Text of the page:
What to Consider When Address BYOD Security and Management

By Paula Bernier, Executive Editor, TMC  |  July 29, 2013

Clearly, the bring-your-own-device workplace trend is here to stay. As a result, more companies are moving to formulate BYOD strategies so they can get a handle on what’s happening with this growing sea of devices as they relate to corporate networks and business data.

Aragon Research Inc. in a research note released earlier this year talks about the need for a holistic approach to BYD management and writes: “Enterprise device, application and infrastructure management tools are rapidly evolving to help manage different aspects of the new mobile, bring-your-own enterprise. In the near term, businesses will face a fragmented market that includes public and private app stores along with MDM, MAM and emerging EMM vendors. Each of them is valuable for certain business needs and circumstances, but the coming consolidation in this market will have important consequences, and should be reflected in relatively short-term planning.”

Michael Markulec, CTO of Lumeta, a Bell Labs (News - Alert) spinoff that provides enterprise network discovery and security software to large global companies, says the first step in addressing BYOD is to know what devices ­– wireless and wireline – are connected to the corporate network. The challenge with wireless, he notes, is those devices are not there for long.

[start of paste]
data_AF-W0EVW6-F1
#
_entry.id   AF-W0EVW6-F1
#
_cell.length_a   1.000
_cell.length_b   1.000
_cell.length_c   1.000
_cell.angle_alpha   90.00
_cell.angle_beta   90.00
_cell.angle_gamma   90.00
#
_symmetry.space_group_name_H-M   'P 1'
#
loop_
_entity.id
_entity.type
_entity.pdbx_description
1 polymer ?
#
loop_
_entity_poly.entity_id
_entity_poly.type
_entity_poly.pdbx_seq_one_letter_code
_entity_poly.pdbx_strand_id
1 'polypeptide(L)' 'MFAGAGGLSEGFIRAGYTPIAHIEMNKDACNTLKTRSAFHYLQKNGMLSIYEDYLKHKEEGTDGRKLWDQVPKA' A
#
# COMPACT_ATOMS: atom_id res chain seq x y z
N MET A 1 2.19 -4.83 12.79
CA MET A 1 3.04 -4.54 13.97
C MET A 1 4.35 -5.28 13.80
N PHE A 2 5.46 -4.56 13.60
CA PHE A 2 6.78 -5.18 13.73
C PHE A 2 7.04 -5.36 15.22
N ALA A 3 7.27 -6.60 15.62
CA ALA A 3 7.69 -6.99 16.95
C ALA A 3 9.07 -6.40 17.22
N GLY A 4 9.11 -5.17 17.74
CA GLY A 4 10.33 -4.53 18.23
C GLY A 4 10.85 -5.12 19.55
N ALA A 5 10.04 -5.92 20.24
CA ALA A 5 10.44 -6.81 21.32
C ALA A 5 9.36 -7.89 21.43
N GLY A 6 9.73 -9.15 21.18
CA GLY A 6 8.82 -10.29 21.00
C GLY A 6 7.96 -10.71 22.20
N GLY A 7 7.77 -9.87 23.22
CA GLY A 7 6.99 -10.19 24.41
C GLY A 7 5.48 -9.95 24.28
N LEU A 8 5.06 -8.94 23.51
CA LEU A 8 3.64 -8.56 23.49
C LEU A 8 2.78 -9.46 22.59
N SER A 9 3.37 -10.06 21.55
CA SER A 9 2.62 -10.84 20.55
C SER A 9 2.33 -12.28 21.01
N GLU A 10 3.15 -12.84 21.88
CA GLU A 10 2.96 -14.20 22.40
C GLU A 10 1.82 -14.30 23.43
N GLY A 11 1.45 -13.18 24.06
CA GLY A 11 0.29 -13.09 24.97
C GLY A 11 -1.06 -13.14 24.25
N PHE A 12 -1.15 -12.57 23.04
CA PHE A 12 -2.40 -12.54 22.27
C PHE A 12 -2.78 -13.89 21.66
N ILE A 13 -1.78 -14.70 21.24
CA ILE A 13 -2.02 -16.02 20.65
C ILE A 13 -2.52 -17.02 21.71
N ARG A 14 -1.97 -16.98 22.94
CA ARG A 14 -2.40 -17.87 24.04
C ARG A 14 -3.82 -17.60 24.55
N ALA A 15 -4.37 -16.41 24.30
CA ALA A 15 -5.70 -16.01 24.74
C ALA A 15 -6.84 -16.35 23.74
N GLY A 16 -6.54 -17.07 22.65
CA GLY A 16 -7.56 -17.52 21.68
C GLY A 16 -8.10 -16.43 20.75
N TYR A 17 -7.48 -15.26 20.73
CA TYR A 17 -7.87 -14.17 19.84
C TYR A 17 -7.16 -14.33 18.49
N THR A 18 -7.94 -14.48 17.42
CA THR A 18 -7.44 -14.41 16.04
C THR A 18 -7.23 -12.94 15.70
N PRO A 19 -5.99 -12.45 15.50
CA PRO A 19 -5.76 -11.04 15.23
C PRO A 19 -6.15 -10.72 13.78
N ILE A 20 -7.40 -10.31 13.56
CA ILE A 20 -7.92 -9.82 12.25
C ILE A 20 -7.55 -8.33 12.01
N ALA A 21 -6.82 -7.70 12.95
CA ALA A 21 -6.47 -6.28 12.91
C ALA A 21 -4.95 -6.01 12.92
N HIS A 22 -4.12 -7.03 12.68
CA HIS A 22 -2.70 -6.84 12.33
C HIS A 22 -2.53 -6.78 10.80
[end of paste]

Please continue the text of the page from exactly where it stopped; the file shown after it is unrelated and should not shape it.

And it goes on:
If you’re going to allow a device to join the network, he continues, that device has to have an agent, which is a small piece of software on the device so you can monitor and secure it, says Markulec, who notes that Lumeta has been working with the Trusted Computing Group (News - Alert) on network access control.

He adds that we can expect to see a growing incidence of split-purpose machines, which when on the corporate network only have certain applications and functionality enabled. These “split-personality” wireless devices, as Markulec calls them, have already seen a fair amount of uptake in the government and medical arenas. But most of the wireless devices of that nature today rely on custom software, he adds, noting that now suppliers are coming out with prepackaged solutions to transform BYOD devices into split-personality units.

Doug Louie, senior director of product marketing for enterprise at Smith Micro (News - Alert), a 30-year-old public company that has been in the device management space for more than a decade, says that connection management is a key part of the mobility management picture. By setting policy, organizations can define what devices can connect and to what on the corporate network, Louie explains.

Smith Micro has built geofencing into its solution so that organizations can see when a user is inside or outside certain physical parameters. That way, if the organization requires, it can set policy so that the wireless device is locked down when it’s off premises. This capability is important for organizations for which security is a key consideration.

He adds that Smith Micro’s mobility management solution also maintains session persistence so users don’t have to relogin to sessions if connection goes down; that, he says, can be a very important features for such users as police departments, in which connectivity may play a role in life-and-death situations.

Edited by Stefania Viscusi